The “Christian” leaders of the populist movements can be figures like Donald Trump who, by any sensible definition, does not live according to the values of Christianity. Daniel DeHanas explains how Trump’s huge evangelical base has an apocalyptic vision which allows them to justify their support. They see Trump as a figure in eschatological history and a means to the end of a more Christian nation.
What do the Christian churches themselves make of this populist co-opting of the faith? In some places they may tolerate, or even welcome, the fusion of Christianity with a nationalist narrative. In her Poland case study, Helena Chmielewska-Szlajfer describes the new Licheń sanctuary where ‘oil paintings such as the Nativity Scene place religious and national heroes next to each other, including Polish kings, Pope John Paul II, and Lech Wałęsa, all waiting to see Baby Jesus in the stable’. This is how myths are born, or renewed, and it is powerful.
Bishop Nick Baines of the Church of England meanwhile offers a theologically-rooted Christian response: ‘Human beings are made in the image of God and must not be categorised, dehumanised or relativized by language that leads to violence or rejection’. He goes on to decry a wider political culture devoid of subtlety and nuance in which simplistic populist solutions to complex problems carry sway.
In truth there has been no one single Christian response to populism. In the final entry, Tobias Cremer’s research suggests that the role of institutional churches themselves is of crucial importance and that this varies according to national context. This is an important fact for us to bear in mind. The metaphor of a populist wave still seems to me to be appropriate, as this is a regional and indeed global trend. Yet each country has a different culture and faces different challenges.
This series on populism and religion has examined an under-explored aspect of politics. There are many reasons why populists have been successful, and I wouldn’t suggest that their use of Christian symbolism and rhetoric is the major story, but I do believe that this non-rational domain of public life – away from the statistics of job losses and GDP, and the empirical measurements of immigration and public expenditure – has profound salience.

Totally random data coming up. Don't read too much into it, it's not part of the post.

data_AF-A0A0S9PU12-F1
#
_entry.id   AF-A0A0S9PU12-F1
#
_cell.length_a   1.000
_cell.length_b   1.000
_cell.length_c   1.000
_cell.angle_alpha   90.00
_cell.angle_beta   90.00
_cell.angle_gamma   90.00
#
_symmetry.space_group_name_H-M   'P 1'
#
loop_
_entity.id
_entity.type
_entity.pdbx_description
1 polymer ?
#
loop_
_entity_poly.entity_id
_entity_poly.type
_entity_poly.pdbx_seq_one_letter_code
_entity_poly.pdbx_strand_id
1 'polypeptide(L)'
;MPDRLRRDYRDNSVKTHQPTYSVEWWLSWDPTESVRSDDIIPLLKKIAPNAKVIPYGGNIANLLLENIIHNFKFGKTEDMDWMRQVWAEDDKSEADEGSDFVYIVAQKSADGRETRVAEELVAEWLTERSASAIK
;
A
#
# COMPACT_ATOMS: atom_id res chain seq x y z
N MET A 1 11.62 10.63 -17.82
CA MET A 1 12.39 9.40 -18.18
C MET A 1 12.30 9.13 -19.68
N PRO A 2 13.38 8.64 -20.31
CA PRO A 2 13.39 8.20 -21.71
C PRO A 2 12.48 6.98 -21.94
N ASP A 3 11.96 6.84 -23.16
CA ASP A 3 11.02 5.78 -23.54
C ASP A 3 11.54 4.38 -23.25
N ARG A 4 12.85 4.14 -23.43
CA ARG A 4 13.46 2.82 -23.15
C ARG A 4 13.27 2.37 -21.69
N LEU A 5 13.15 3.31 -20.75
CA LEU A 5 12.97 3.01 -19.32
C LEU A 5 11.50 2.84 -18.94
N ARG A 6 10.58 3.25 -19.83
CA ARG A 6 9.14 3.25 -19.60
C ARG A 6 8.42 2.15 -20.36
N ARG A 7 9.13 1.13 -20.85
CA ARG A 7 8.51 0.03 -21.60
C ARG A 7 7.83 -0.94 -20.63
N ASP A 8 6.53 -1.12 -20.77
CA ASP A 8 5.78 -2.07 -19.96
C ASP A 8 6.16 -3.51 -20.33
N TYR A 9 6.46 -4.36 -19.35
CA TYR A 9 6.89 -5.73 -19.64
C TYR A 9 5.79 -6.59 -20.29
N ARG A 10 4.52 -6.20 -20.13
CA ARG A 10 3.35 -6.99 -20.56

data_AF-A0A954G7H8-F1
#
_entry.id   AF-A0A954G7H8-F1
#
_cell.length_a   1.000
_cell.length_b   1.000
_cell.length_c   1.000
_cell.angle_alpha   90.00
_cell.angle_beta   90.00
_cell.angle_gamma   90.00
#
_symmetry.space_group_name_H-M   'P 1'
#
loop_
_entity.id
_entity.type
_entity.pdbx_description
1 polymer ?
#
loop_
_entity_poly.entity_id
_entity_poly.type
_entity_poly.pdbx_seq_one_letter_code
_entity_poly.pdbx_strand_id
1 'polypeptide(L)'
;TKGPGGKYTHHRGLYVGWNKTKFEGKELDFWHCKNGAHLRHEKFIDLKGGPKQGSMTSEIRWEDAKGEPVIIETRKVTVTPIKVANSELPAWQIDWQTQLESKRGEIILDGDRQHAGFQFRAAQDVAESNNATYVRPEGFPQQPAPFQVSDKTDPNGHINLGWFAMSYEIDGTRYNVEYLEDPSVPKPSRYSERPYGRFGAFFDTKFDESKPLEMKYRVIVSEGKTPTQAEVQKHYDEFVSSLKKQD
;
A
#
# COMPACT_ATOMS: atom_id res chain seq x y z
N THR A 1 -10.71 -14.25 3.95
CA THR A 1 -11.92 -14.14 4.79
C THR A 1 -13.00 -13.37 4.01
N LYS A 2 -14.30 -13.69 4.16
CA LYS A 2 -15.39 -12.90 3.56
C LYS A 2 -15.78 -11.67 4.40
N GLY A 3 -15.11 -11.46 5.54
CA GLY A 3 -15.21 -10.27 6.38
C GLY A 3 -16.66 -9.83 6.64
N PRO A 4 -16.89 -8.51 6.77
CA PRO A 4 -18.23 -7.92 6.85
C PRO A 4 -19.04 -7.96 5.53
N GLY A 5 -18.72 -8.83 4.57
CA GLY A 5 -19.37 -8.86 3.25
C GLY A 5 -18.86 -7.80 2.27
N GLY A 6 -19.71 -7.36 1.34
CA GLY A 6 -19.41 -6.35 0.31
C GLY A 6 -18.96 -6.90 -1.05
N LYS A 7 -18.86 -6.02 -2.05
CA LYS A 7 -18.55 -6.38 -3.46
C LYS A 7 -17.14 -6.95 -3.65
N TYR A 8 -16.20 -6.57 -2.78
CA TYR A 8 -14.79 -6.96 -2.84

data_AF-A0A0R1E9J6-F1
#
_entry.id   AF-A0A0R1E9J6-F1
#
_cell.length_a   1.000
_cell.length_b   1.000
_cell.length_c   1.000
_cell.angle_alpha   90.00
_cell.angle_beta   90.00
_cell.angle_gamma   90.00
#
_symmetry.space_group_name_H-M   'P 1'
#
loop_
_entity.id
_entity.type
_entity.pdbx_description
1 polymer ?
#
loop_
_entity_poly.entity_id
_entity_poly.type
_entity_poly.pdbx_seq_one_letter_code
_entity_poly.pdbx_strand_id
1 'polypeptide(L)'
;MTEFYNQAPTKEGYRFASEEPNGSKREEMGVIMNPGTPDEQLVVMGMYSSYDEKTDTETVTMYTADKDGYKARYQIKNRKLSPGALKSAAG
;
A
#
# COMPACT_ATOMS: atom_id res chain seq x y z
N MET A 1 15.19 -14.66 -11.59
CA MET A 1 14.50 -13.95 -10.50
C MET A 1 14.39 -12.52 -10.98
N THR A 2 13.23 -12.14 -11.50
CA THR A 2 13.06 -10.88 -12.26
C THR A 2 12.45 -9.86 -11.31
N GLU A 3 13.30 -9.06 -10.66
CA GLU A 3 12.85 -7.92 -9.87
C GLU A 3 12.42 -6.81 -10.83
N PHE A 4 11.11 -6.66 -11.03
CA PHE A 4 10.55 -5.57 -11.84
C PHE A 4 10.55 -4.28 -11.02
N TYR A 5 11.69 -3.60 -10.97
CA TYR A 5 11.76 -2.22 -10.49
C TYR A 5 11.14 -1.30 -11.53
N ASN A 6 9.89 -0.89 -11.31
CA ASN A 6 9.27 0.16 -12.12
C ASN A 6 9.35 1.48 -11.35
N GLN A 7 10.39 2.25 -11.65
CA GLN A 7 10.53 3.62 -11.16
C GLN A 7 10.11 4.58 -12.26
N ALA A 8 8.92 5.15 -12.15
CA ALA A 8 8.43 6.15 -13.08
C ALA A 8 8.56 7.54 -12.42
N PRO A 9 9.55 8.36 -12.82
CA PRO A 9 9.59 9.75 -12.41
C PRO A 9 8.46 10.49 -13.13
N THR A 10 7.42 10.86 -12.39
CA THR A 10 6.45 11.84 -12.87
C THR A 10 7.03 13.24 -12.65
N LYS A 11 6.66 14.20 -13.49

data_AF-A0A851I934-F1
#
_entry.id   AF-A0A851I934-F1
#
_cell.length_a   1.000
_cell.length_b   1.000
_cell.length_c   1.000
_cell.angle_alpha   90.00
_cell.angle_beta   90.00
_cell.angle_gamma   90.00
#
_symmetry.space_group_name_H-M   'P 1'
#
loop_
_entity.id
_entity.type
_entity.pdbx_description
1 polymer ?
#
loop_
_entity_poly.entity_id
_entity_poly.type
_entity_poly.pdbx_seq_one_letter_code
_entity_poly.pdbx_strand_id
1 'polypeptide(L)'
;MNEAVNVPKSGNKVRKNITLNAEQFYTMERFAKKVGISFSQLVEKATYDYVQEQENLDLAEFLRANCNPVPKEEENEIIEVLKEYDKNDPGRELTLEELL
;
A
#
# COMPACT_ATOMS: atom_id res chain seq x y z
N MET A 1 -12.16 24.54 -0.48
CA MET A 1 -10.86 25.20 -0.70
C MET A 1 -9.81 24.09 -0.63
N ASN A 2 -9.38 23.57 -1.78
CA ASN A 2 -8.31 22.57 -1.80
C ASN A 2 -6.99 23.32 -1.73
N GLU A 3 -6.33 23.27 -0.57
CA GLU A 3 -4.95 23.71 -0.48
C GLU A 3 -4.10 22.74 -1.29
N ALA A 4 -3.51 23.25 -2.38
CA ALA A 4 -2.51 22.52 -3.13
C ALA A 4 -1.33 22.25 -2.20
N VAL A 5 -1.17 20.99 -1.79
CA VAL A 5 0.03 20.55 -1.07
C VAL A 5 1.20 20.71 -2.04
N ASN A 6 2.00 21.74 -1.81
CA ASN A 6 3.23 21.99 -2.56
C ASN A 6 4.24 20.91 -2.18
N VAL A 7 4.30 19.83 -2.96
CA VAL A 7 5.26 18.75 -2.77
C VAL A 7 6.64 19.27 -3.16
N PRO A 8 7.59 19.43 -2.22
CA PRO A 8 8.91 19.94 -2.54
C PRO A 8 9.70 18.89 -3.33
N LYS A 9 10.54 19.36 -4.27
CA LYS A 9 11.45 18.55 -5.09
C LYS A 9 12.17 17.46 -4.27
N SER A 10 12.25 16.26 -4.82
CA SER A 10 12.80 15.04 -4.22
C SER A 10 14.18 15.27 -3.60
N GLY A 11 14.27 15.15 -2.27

Just as some of the most important things in a person’s life are non-rational – be it love, religion, an appreciation of art, the fortunes of their football team, spirituality – so too will this reality be an inescapable part of our political discourse. By co-opting religion and fusing it with a narrow nationalism that constructs monolithic enemies, populist movements successfully tap into this transcendental stream of life. Their vision is pure, unsullied by the boring verbosity of serious, achievable policies.
The response to such movements cannot be bland and devoid of feeling. People are disillusioned with “the establishment” for a reason, after all. Politicians must listen to the public, hear their concerns, and combine smarter policy with an equally compelling vision, liberal and inclusive, for what their countries are, and can be.
About the author
Daniel Coyne is the Managing Editor of LSE Religion and Global Society. Twitter: @DGCoyne
Note: This piece gives the views of the author, and not the position of the LSE Religion and Global Society blog, nor of the London School of Economics.